While Apple is having a tough time cracking the Indian market, a Kantar report suggests that iOS gained market share at the expense of Android during Q2 this year. According to the data, strong sales of the latest iPhones (X/8/8 Plus) resulted in a 6 percent increase in Apple’s smartphone market share when compared to the same period last year.
However, the increase in market-share hasn’t been uniform in geographical terms, given that Apple has actually lost market-share to Android in India in 2018, selling less than 1 million iPhones in the country during the first six moths of this year. The company had better luck in the US, where it managed to increase sales by 5.9 percent to gain a 38.7 percent share of the country’s smartphone market.
According to Kantar, the iPhone 8 and 8 Plus together accounted for nearly one in five smartphones sold in the country during Q2, 2018. The iPhone X, meanwhile, took the fourth spot on the best-selling list. Overall, iPhones accounted for eight out of the ten best-selling smartphones in the past three months, says the report. As one would expect, Android bore the brunt of it, with its market-share in the country slipping from 65.5 percent to 61.1 percent.
Meanwhile, the iPhone X was also the best-selling device in China with 5.3 percent market-share, even though iOS actually lost ground during the quarter, falling from 21.5 percent of the market to 19.5 percent, while Android raised its share from 78.4 percent to 80.4 percent in the country.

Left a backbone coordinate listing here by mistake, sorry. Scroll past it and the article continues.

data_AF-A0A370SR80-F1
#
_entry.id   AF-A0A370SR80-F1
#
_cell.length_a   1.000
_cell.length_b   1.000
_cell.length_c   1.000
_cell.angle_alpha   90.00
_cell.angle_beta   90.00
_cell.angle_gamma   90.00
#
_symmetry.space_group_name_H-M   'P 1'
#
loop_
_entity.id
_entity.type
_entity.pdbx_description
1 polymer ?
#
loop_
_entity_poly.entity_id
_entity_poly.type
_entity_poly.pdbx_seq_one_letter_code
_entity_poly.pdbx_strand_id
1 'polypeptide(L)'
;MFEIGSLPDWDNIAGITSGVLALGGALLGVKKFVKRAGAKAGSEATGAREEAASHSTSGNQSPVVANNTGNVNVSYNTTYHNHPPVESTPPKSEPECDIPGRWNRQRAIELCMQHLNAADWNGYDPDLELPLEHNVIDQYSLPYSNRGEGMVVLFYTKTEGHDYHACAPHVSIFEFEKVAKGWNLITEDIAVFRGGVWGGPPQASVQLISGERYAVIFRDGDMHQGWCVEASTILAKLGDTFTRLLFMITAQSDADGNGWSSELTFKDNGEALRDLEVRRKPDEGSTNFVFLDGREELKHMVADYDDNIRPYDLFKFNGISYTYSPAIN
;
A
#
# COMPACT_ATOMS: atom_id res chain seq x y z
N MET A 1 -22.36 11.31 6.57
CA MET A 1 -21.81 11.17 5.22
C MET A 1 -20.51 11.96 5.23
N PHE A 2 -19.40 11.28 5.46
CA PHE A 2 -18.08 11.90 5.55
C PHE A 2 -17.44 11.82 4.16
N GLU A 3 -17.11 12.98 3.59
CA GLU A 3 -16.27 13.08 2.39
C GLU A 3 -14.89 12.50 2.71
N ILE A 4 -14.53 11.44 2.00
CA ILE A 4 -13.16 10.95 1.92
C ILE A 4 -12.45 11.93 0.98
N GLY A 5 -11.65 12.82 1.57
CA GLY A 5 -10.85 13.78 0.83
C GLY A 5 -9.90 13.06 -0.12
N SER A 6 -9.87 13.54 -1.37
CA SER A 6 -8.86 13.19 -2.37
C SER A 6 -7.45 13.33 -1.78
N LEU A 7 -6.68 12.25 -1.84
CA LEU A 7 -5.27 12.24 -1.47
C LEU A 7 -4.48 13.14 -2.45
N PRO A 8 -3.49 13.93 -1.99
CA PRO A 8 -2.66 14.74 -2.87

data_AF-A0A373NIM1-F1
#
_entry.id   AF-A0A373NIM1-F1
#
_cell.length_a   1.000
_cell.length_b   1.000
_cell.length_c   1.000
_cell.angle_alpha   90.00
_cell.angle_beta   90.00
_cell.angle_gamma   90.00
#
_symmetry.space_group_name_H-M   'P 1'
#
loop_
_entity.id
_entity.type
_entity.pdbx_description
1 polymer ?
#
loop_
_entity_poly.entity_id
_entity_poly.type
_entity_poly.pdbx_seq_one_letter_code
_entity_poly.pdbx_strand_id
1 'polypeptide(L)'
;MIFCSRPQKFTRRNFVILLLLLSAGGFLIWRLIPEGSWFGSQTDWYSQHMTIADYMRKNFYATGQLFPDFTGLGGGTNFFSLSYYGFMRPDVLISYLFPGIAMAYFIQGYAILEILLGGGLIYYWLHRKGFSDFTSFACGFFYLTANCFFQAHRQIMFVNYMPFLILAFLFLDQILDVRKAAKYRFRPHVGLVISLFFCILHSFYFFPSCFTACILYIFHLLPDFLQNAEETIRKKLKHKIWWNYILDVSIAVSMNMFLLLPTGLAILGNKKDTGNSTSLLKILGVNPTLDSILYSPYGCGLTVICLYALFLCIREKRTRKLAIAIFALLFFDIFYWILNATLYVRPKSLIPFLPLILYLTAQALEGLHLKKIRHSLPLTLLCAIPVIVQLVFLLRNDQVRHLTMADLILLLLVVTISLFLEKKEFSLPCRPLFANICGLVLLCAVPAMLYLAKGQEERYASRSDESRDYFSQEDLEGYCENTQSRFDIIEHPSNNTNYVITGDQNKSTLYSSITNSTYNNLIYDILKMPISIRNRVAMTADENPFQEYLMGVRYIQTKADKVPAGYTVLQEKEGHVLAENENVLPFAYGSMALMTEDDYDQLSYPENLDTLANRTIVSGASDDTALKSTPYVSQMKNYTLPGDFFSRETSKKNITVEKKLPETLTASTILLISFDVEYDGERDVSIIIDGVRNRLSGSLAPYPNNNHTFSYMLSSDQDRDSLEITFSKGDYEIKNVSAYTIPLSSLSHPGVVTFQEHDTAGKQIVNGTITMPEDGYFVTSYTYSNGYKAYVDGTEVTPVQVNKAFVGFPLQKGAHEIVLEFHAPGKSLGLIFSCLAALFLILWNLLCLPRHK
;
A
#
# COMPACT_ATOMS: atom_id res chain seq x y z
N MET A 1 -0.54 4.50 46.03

While Apple has had a stellar quarter in the US, things could take a turn for the worse in the coming days if the trade war between the US and China keep escalating the way some observers fear it will. According to the WSJ, the latest import duties proposed by President Trump might jack up the prices of iPhones in the country.
As if that wasn’t bad enough, Apple products, including iPhones, iPads and Macs, may all be subjected to increased taxes in China, given that the country is expected to retaliate by levying higher duties and punitive actions against American companies, according to the U.S. Treasury’s former economic and financial emissary to China, David Dollar.